Seasons change and so do â€˜Oui.â€Do you seek permission to do something you want to do? Or get permission not to do something that you think you aught to do?* I do. Hold on to your bags of mulch! From ‘my lips to God’s ear’ I got permission from a higher authority not to cover my roses this winter! Maybe not directly from God but it was an answered prayer not to do something I didn’t want to do that I thought I aught to from a higher authority than me, William Radler, developer of the popularÂ Knock OutÂ®Â shrub roses. I had the extraordinary good fortune to visit with Will Radler at the American Rose Society Fall Convention in Syracuse, New York while I was there as a guest speaker on photography. Will “gave me permission” to not cover my roses this winter. Mr. Fox aka ‘Big Daddy’ is my witness. So Iâ€™m not going to cover them. No extra mulch, no leaves, no piles of dirt. Donâ€™t send me cards and letters Minnesota Rose Gardener, Jack Falker. Here’s what Will Radler says:
“There are many factors why plants are winter hardy. ~ Will Radler
“When artificial means are used to bring a plant through winter, often they can conflict with some beneficial factors. For die-back-hardy woody plants, the simplest winter protection technique is applying a few inches of mulch year round. This allows the plant in the autumn to grow into its fullest state of natural dormancy. It prevents the soil from getting as cold as would in open ground. And it allows the plant to break dormancy slower in the spring. Cutting back the canes only in the spring provides shade to the lower branches and helps attract snow cover that insulates and guards against low temperature injury and fluctuating temperatures.” ~ Will Radler
I tried the Minnesota Tip method the winter after my climber Tempo won the American Rose Society National for Best Climber in Chicago. I wanted to winterize my rose that had just won an American Rose Society National Trophy for Best Climber. Lord help me if I had to tip roses for winterizing them I would not grow a single rose, or I would just treat them like annuals. I’ve witnessed wonderful folks in Minnesota tip entire parks full of roses! Wow they must love roses.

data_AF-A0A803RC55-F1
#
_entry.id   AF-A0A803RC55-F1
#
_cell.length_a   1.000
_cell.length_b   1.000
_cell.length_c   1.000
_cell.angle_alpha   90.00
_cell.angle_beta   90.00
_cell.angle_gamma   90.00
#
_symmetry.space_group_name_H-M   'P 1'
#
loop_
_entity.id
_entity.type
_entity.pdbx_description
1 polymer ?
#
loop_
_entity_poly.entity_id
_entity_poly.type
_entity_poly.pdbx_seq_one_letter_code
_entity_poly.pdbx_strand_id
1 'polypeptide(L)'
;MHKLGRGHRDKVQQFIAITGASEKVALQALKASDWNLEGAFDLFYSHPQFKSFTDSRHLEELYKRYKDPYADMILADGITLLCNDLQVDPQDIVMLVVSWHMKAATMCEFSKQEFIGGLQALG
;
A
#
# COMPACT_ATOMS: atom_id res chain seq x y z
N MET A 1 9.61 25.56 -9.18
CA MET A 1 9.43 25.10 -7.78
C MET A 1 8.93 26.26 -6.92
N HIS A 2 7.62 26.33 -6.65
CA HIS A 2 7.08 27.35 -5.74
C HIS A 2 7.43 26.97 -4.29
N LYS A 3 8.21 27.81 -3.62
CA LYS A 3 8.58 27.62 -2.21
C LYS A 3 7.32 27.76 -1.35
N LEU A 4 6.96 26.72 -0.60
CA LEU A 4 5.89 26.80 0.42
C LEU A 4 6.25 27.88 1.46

Minnesota tip method of protecting garden roses*
*This is the Minnesota tip method of protecting garden roses from the University of Minnesota.
“The “Minnesota Tip” is one of several proven methods for protecting roses against early freezes in the fall, the bitter cold of winter and the dangers of thaw-freeze cycles in the spring.
Protecting roses for the winter really begins with the work done during the summer. Bringing the roses into the fall season in the best of health is the first step in winter protection. Soon after the middle of October, preparation can begin for tipping the roses. Follow these steps when using the “Minnesota Tip” method for protecting roses during winter and early spring.
- Water generously one or two days prior to tipping to keep the soil in a moist, workable condition.
- The day before tipping, give the plants a good dormant spray such as a liquid lime-sulphur material.
- Tie the rosebush canes together to allow easier handling.
- Avoid pruning the bushes. Open wounds on the canes may not heal properly, as cold weather can inhibit the formation of a protective callus.
- Dig a trench, starting away from and working toward the base of the bush. The trench should be as long as the bush is high. The width and depth should easily accommodate the bush or bushes. Pull the soil away from the shank (i.e., the root stock area between the bud union and the main branching of the root system) to facilitate tipping the rose. A spading fork is helpful for loosening the soil around the roots.
- When the trench is ready and the roots of the bush are loosened, use a spading fork to push the bush into the trench (Figures A and B). Use the spading fork to hold the bush down while covering it with 2 or 3 inches of soil. If the soil removed in digging the trenches is not enough, add soil from the annual garden or elsewhere (Figure C).
- Cover the soil with about 18″ of loose leaves or other covering such as marsh hay.
Next spring, start uncovering the rose bushes about April 1st. Begin by removing the leaves and then gradually remove the soil as it progressively thaws. On or about April 15th, raise the plants to an upright position and syringe the canes often with water to prevent them from drying out. Once the plants have been lifted, spray with a good all-purpose fungicide and insecticide and make sure they are adequately watered”
So don’t do as I do do, what you want. When I lived in N. Illinois I never used winter protection and the ground froze and ice and snow protected my roses just fine.
Let me tell you why I am not covering my roses. Itâ€™s a test to see how much difference it actually makes in how the roses fair. And this season after the Chicago Flower & Garden Show removing 50 bags of mulch and clearing the garden was just a crazy amount of work. Iâ€™ll report to you how the roses fair covered versus uncovered after a Central Illinois zone 6b winter.
Read About Susan Fox Famous ‘Oui Theory’*
** It Reminds me of The Apostle Paul’s spiritual conflict Roman’s 7:8-13